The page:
Neglecting the Whole

I’m not even going to pretend what I have to say here is in any way groundbreaking, or a must-read, or that what I say in the next few paragraphs will blow your mind. My heart and soul hurt, and I just need to write something. Maybe it will help.

And yes, these feelings are absolutely in response to the tragedies of #Ferguson, #MikeBrown, #EzellFord, and every other crime against humanity going on in the world today.

I like metaphors. I think they are crucial in understanding and speaking about concepts that are beyond our finite minds. There’s a danger of generalization sometimes, sure. But if it helps get an idea across, I think it’s worth it.

I’ve been thinking about the human body. Every inch of our bodies is intimately interconnected with every other inch. If you get shot in the foot, you don’t just worry about your foot. There are going to be consequences throughout your entire body. You feel it. Even something as tiny as a paper cut. Your whole body reacts. It has to. It understands innately that unity and cooperation are necessary to wipe out the problem. And it doesn’t stop working until the problem is fixed – say, forming a scab and rebuilding the skin – or until it dies trying. I think a lot of times, the systems of medicine and healthcare, in an attempt to help us, can actually discourage us from viewing our bodies in this way, with specializations that often treat different parts of the organic system of the body in isolation of each other. You go to a heart doctor, a foot doctor, a skin doctor, a brain doctor, an eye doctor, a tooth doctor, etc., each of whom checks, treats, and medicates that particular body part with little regard to the others. But your body knows. It tries to tell you the things it needs for its own good all the time. A stomachache when you eat something means stop eating that thing. A sudden pain in the knee when you start to run means stop running. And I firmly believe that with practice, critical self-reflection, and systematic concerted action, it is possible for us to be more attentive to the natural cries of our body and the actions necessary to make it better.

I think the body of humanity experiences things in a similar way. Every single one of us is intimately interconnected with each other. If a young man is shot dead, you don’t just worry about that man. There are going to be consequences throughout the entire body of mankind. You feel it. Your whole soul reacts. It has to. It understands innately that unity and cooperation are necessary to wipe out the problem. And it shouldn’t let you stop working until the problem is fixed, or at least compensated for in some way – say, by engaging in some form of community-building that works to eradicate those deep-rooted problems in your neighborhood – or until your body dies…hopefully while trying to make a change for the better in this world. I think a lot of times, the news, media, traditions, blind imitations of our ancestors, and social/political/cultural pressures, in an attempt to help us, can actually discourage us from listening to our souls’ cry for change, encouraging us to instead focus on our own individual selfish needs and desires. You turn on the news, check your social media, talk to friends, and community figures who tell you explicitly and implicitly that there’s nothing wrong with what you see. But your soul knows. It tries to help you distinguish between right and wrong all the time. That feeling in your gut when you see a stranger cussing out the cashier in anger means stand up for the insulted. The social discomfort you feel when someone disrespects another human being in public means stop what you’re doing and stand up for justice. And I firmly believe that with practice, critical self-reflection, and systematic concerted action, it is possible for us to be more attentive to the natural cries of our souls and, by extension, the needs of humanity and the actions necessary to make it better.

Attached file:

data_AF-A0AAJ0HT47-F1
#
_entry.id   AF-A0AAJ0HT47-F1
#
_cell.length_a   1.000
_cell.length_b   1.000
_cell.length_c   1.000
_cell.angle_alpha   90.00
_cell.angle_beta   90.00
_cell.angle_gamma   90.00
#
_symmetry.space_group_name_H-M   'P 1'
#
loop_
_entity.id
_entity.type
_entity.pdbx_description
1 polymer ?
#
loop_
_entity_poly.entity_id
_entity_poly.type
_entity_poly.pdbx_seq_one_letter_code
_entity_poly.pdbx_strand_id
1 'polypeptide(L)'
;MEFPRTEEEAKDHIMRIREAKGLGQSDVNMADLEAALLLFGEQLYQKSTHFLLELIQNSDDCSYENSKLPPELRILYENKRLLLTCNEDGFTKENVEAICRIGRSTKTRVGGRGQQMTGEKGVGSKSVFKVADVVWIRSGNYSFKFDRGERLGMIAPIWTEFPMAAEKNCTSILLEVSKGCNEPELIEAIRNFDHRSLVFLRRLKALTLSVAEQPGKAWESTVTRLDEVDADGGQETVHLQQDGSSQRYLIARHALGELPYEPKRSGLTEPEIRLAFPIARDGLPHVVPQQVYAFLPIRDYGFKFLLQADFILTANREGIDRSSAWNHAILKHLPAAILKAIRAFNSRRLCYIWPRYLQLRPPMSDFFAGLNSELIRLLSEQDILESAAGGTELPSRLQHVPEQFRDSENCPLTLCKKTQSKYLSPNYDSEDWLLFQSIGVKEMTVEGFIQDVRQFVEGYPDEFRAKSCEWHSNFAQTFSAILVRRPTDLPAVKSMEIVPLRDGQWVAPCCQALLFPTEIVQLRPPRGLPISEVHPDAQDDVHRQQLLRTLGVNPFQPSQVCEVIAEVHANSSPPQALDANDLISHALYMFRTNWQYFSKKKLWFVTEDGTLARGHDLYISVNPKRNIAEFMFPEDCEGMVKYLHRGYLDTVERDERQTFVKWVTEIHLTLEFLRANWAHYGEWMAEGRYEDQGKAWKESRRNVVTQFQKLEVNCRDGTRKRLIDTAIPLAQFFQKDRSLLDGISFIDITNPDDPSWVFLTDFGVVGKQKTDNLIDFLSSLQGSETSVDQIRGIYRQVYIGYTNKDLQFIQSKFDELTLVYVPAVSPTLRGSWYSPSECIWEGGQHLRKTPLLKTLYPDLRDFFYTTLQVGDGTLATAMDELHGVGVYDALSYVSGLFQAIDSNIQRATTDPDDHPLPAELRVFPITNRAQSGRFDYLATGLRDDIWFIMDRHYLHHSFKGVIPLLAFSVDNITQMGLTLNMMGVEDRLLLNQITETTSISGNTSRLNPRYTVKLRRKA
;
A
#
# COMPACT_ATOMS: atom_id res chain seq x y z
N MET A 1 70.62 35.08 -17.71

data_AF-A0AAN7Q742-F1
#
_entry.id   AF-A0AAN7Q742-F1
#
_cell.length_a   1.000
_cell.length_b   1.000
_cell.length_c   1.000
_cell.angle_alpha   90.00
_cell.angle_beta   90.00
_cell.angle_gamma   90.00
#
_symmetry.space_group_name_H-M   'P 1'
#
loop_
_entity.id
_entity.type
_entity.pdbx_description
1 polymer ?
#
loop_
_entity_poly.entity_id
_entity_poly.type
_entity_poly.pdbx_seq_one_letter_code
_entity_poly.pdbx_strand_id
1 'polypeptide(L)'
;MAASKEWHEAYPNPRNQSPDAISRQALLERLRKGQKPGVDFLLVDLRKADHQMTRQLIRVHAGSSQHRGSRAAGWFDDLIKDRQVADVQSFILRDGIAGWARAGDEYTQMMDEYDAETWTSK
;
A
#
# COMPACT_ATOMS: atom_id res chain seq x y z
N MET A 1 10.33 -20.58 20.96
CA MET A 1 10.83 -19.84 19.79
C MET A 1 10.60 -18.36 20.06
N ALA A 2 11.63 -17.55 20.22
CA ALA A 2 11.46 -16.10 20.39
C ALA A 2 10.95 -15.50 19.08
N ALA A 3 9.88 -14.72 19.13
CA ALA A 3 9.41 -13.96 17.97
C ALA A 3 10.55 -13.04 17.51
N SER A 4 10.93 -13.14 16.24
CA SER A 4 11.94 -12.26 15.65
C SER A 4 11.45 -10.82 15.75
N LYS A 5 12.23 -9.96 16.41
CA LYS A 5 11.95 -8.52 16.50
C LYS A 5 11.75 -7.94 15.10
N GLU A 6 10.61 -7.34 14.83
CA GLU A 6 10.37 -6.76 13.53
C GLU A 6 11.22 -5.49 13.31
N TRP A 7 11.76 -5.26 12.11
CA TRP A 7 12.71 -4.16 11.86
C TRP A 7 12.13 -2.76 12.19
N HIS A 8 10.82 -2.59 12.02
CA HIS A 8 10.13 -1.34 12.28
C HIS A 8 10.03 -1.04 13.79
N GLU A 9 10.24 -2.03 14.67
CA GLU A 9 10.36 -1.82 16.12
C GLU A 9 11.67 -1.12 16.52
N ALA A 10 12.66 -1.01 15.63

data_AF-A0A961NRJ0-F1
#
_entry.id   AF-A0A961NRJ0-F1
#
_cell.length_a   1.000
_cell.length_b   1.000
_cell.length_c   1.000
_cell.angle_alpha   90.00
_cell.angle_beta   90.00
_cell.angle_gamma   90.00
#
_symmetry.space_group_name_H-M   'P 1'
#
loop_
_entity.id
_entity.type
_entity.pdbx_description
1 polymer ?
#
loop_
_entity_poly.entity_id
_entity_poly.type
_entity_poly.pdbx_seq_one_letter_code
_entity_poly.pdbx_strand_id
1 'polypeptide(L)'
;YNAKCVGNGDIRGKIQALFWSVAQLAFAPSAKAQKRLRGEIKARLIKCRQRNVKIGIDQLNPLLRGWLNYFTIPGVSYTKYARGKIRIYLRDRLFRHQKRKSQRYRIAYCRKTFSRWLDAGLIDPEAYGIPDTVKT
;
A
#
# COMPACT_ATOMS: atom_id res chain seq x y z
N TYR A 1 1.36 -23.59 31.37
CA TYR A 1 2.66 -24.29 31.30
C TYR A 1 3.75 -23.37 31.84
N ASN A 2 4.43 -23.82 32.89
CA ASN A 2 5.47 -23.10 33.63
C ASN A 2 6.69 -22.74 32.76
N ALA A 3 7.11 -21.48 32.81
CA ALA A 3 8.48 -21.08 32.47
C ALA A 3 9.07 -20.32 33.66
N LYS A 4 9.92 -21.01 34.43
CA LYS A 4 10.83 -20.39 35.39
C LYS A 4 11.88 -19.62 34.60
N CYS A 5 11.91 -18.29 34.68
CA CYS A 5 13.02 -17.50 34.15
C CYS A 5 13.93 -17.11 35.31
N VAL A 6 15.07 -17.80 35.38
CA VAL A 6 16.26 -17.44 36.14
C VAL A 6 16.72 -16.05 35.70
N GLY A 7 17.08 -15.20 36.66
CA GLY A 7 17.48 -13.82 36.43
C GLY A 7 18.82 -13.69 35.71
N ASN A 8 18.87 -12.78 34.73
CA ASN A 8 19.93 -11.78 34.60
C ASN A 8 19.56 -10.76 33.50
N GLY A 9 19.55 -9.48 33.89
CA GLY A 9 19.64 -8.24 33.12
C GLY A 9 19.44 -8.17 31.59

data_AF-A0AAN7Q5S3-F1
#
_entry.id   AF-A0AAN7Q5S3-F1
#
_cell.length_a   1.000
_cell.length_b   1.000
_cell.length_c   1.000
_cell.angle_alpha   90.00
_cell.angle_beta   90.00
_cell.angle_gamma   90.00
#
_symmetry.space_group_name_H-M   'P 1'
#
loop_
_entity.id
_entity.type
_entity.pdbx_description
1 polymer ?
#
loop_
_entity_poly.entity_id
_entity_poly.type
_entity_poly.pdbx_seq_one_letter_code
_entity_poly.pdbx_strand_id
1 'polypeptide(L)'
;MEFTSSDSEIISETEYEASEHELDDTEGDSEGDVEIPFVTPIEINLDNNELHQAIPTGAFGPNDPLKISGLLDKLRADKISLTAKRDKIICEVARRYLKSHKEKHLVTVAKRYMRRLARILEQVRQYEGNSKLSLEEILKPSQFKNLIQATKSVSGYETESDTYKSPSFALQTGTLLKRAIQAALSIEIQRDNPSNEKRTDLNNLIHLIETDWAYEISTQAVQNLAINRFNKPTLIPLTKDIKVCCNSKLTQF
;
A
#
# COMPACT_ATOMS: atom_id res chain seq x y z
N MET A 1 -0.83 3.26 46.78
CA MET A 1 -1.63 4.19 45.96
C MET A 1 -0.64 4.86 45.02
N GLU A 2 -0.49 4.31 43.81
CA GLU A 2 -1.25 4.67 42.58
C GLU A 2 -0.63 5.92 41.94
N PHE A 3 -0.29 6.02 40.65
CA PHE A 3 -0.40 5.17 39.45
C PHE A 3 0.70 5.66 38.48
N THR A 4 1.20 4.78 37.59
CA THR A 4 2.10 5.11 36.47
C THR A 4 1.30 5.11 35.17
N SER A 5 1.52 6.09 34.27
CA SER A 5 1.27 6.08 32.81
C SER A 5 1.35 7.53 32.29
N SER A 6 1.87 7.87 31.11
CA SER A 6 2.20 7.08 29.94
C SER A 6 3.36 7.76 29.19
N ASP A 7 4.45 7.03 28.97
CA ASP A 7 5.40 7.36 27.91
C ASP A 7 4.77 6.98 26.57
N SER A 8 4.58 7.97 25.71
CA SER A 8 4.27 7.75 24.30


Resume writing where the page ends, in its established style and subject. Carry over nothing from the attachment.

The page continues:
I’ve been thinking about this quote a lot:

“Every imperfect soul is self-centered and thinketh only of his own good. But as his thoughts expand a little he will begin to think of the welfare and comfort of his family. If his ideas still more widen, his concern will be the felicity of his fellow citizens; and if still they widen, he will be thinking of the glory of his land and of his race. But when ideas and views reach the utmost degree of expansion and attain the stage of perfection, then will he be interested in the exaltation of humankind. He will then be the well-wisher of all men and the seeker of the weal and prosperity of all lands. This is indicative of perfection….

Love ye all religions and all races with a love that is true and sincere and show that love through deeds and not through the tongue; for the latter hath no importance, as the majority of men are, in speech, well-wishers, while action is the best.”

‘Abdu’l-Bahá, Selections from the Writings of ‘Abdu’l-Bahá, 68-69

Tragedies like these tend to make it difficult for us to ignore the harsh unjust realities of our time. “Never forget” shouldn’t just mean remember something terrible happened so we don’t let it happen again. It should mean make a conscious effort EVERY. SINGLE. DAY. to take actions, however small, that will make the world a better place. The cumulative effect on even a local level would be staggering, much less a global one. I hope some good can come out of these recent tragedies. That at the very least more and more people begin to truly and sincerely care about more and more people. I think it’s already happening.

Here’s hoping the new awareness translates into some concrete, community-building, injustice-conquering actions.

I love you all.

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